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Are those pistons still readily available Mike? Hopefully the rest look good, and you can just replace one to match the busted one, and be back in business. Amazing it could be that bad and not scar the cylinder walls.
 

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Mike I’m so sorry to see that piston. I’m gonna say that cylinder bore has an issue. Piston replacement alone is iffy from where I’m sitting. Piston looks like it got hot and broke apart maybe. I hope it will clean up for you. That’s a heartbreaker.
 

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Discussion Starter · #604 ·
The pistons are still available and they sell singles and sets. I don't know Mario, the cylinder looks better than what I had expected. I will finish pulling the rest of the pistons tomorrow or Friday and will have a better idea on which direction to go. I did find a machine shop willing to do the machine work if needed. Keeping fingers crossed.
 

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Discussion Starter · #605 ·
I finally got the block to the machine shop today. Good News, cyclinders are straight and he recommended a hone and clean up. I need to find someone that can polish my crankshaft as he does not have that tooling. But, everything went better than I had hoped!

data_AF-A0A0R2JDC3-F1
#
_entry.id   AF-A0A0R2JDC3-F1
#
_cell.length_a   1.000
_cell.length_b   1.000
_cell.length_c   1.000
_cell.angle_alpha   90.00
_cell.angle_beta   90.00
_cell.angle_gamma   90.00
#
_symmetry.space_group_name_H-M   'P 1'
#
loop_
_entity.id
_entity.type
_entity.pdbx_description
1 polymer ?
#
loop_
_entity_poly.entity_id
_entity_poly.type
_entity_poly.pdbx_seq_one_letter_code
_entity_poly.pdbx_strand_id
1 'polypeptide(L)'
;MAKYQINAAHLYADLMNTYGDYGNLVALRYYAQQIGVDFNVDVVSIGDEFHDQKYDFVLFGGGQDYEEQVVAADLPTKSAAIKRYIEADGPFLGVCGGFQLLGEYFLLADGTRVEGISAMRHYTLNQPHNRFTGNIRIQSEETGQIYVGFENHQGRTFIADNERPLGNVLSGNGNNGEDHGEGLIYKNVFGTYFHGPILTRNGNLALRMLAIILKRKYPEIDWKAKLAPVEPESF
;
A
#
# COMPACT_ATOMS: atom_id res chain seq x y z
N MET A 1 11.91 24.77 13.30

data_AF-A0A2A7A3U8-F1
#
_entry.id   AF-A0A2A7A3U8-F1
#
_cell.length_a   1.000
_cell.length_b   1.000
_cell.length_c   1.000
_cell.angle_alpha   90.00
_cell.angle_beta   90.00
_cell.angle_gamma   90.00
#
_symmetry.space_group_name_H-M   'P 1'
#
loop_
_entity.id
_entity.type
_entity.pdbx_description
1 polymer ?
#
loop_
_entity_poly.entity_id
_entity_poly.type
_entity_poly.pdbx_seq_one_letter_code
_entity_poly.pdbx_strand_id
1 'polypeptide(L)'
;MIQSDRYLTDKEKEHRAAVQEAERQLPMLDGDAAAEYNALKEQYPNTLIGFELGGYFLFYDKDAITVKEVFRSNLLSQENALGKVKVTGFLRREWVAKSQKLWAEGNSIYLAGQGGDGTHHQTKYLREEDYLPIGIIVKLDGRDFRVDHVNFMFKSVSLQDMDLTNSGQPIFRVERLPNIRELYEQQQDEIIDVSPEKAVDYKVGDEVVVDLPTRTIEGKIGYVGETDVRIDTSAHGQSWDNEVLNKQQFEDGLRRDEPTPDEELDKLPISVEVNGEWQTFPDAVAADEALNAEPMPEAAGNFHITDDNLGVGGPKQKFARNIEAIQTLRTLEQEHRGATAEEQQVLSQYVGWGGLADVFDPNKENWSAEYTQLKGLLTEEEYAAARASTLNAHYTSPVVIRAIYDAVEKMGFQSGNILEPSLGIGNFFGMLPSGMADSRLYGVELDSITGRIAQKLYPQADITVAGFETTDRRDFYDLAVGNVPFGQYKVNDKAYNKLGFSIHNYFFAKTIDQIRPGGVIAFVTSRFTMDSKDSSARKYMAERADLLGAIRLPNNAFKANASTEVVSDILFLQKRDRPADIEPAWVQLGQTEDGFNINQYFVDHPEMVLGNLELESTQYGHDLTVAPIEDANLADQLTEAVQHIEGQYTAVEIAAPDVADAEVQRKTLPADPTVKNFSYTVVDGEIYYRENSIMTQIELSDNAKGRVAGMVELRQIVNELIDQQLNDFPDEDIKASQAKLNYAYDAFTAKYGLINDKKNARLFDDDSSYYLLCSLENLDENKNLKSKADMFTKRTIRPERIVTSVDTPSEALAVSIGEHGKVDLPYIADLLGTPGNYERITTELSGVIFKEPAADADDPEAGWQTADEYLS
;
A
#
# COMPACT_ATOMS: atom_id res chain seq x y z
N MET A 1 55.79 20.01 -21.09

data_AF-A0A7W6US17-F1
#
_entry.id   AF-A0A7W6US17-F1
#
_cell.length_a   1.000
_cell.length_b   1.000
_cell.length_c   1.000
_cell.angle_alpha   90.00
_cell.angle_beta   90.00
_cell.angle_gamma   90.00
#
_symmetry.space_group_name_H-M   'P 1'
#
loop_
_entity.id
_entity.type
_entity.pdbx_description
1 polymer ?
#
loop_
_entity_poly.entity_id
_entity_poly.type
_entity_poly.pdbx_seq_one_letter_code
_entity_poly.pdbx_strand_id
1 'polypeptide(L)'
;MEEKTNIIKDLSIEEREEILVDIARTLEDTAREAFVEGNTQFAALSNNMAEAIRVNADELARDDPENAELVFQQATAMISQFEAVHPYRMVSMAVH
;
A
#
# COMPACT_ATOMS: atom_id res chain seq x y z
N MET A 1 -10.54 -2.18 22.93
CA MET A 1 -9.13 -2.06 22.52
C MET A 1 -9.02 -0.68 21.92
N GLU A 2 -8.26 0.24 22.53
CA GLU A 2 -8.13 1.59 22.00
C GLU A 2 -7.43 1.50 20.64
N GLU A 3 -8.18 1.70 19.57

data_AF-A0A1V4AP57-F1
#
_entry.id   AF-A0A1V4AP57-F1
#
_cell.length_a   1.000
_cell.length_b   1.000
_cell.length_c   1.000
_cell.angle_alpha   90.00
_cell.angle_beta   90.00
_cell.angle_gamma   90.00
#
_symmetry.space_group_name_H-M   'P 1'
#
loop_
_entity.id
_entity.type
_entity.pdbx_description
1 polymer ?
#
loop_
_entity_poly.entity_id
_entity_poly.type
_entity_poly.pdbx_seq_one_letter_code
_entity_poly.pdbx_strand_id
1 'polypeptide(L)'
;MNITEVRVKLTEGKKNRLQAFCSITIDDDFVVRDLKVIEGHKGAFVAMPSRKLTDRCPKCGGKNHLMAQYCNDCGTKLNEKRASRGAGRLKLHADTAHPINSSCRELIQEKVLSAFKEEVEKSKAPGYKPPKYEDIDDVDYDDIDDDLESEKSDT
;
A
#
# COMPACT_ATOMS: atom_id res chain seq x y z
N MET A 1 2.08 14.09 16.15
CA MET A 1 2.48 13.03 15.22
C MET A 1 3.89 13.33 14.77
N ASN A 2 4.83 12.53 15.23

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I finally got the block to the machine shop today. Good News, cylinders are straight and he recommended a hone and clean up. I need to find someone that can polish my crankshaft as he does not have that tooling. But, everything went better than I had hoped!
In the old days shops had a big bow device that held croakus cloth and was weighted. It was attached to a lathe head so the cloth could line up with various throws or mains. Then the crank was turned at slow speed with the polishing cloth bow pivoted down on a crank throw. A certain time limit was observed, and then moved to each throw, or main. Pretty low tech, but the polishing cloth really didn't remove any metal, just gave it a mirror surface.
Bet nobody uses that old setup anymore, just because it's not high tech now. The guy who built my 283 for my '55 gasser used this method back in 1970.
 

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I finally got the block to the machine shop today. Good News, cyclinders are straight and he recommended a hone and clean up. I need to find someone that can polish my crankshaft as he does not have that tooling. But, everything went better than I had hoped!
Wow glad you caught it in time.
 

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In the old days shops had a big bow device that held croakus cloth and was weighted. It was attached to a lathe head so the cloth could line up with various throws or mains. Then the crank was turned at slow speed with the polishing cloth bow pivoted down on a crank throw. A certain time limit was observed, and then moved to each throw, or main. Pretty low tech, but the polishing cloth really didn't remove any metal, just gave it a mirror surface.
Bet nobody uses that old setup anymore, just because it's not high tech now. The guy who built my 283 for my '55 gasser used this method back in 1970.
My buddy Gary still uses that Machine.
 
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